Having reached the office, we tucked into a much improved chinese lunch; but the highlight was definitely discovering that one of the guys from the office, had cooked our vegetarian colleague a vegetable dish and brought it in from home – what a sweetheart. We then carried on with a further meeting with a new factory, followed by a wrap up meeting

with the team to ensure that they are clear about what needs doing and how many samples need to be sent through – we have covered a huge amount in the space of five days and there is a lot to discuss. We finish our working week with a tour of the office – from the window we can see what they have been talking about all week.

The Eid muslim festival is approaching, during which each family will sacrifice a cow, or a goat. In preparation for this, thousands of cattle and goats are being brought into the city centre to be sold for slaughter. Every available space has been turned into holding pens for the animals, and the office overlooks a school playground, which is filling up with unsuspecting animals. At this point I cannot help feeling very relieved that we will be long gone before the slaughter begins, and the streets turn red with blood.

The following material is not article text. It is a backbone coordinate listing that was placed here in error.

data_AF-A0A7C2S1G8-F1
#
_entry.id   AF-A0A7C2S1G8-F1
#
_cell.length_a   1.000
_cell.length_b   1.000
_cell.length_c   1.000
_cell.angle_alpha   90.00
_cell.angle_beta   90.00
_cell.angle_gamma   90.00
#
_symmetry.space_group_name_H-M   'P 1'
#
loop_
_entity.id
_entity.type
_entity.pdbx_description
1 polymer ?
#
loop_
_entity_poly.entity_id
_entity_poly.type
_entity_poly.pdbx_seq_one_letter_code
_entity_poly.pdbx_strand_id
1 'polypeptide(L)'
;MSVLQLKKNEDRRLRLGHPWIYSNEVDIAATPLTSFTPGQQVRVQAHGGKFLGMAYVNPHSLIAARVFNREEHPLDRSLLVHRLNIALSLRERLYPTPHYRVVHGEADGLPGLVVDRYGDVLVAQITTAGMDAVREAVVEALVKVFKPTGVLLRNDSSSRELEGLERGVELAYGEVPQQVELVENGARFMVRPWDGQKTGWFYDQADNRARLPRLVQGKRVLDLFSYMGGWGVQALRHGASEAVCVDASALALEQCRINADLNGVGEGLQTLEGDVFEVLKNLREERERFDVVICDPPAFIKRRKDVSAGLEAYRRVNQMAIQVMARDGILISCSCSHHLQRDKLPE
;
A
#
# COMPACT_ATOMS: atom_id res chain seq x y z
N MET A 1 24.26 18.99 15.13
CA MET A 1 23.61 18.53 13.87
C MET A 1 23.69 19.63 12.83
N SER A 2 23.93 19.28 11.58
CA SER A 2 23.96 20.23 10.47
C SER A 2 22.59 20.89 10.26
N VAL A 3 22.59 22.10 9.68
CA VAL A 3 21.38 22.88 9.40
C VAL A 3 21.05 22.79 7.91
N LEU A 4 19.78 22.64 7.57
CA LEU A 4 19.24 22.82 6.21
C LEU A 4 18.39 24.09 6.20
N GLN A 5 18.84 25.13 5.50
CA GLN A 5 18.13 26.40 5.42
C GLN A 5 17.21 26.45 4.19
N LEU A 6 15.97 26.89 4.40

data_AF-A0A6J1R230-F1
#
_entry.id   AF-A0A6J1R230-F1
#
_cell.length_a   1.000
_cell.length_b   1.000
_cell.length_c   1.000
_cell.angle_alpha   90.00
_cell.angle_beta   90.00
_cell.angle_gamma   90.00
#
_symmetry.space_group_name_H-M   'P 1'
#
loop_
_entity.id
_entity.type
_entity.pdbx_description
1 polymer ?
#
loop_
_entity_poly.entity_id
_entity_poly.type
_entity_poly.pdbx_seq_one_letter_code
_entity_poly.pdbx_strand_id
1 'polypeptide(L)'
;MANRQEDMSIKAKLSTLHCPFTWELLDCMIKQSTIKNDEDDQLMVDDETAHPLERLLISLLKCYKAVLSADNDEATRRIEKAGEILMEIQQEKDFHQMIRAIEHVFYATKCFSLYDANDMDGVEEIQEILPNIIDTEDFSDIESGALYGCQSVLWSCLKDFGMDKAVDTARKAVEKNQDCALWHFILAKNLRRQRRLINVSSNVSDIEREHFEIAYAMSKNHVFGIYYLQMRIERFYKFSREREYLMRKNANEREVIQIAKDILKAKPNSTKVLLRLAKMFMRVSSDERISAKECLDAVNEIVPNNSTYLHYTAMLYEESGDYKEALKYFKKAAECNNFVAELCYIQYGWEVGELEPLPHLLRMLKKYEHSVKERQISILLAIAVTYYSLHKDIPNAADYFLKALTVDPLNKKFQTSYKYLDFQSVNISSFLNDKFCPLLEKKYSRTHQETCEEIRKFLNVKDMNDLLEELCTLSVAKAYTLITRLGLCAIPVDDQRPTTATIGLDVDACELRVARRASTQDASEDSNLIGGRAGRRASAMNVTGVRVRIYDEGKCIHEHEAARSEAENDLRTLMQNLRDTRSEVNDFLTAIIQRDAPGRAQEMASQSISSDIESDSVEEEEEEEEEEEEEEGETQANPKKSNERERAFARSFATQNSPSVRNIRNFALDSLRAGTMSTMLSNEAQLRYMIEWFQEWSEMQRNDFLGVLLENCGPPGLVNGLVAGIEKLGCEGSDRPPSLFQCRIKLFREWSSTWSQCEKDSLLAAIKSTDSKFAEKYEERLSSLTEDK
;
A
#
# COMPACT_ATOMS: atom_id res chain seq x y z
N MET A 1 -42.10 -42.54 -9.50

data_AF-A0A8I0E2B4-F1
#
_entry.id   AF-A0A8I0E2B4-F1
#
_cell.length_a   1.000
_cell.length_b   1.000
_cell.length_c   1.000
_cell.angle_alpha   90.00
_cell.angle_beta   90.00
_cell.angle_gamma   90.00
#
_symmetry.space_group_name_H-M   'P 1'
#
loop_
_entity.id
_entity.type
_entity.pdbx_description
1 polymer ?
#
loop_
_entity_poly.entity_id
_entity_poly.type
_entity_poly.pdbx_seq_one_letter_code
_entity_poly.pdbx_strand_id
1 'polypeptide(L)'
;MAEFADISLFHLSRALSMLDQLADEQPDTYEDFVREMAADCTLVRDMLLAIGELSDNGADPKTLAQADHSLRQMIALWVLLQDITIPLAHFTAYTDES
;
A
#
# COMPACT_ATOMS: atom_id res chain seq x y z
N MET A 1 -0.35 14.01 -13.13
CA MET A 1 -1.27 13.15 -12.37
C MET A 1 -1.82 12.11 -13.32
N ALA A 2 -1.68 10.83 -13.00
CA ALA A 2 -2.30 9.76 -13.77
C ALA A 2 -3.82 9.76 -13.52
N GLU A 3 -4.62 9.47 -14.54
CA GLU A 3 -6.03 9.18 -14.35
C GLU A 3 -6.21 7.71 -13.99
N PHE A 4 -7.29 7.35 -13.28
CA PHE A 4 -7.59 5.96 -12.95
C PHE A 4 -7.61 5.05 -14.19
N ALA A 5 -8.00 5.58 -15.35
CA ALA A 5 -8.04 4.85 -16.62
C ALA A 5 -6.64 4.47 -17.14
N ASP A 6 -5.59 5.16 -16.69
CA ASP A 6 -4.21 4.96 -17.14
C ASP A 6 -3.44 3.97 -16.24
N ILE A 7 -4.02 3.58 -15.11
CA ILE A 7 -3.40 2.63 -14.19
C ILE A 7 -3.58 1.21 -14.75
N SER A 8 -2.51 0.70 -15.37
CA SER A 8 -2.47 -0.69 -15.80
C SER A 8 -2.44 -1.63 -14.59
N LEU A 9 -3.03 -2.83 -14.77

On our final evening, a treat, and dinner sitting out by the pool at the international club with our hosts from the office, and an opportunity to socialise and get to know them all a little better. We discuss their plans for the Eid celebrations, some staying for the traditional ceremonies, but many, in particular those who are not local, escaping out of Bangladesh, either home, or on holiday. Despite the tiredness, we thoroughly enjoy ourselves, finally able to relax over a bottle of wine and a nice meal, although the vegetarian option is again, curious! Insalata Caprese as you have never seen it before – an experience for our semi Italian vegetarian. A great ending to a very productive week, before leaving the hotel at 3am, for a flight at 5.25am. Unsurprisingly, I am asleep before the plane has even left the ground.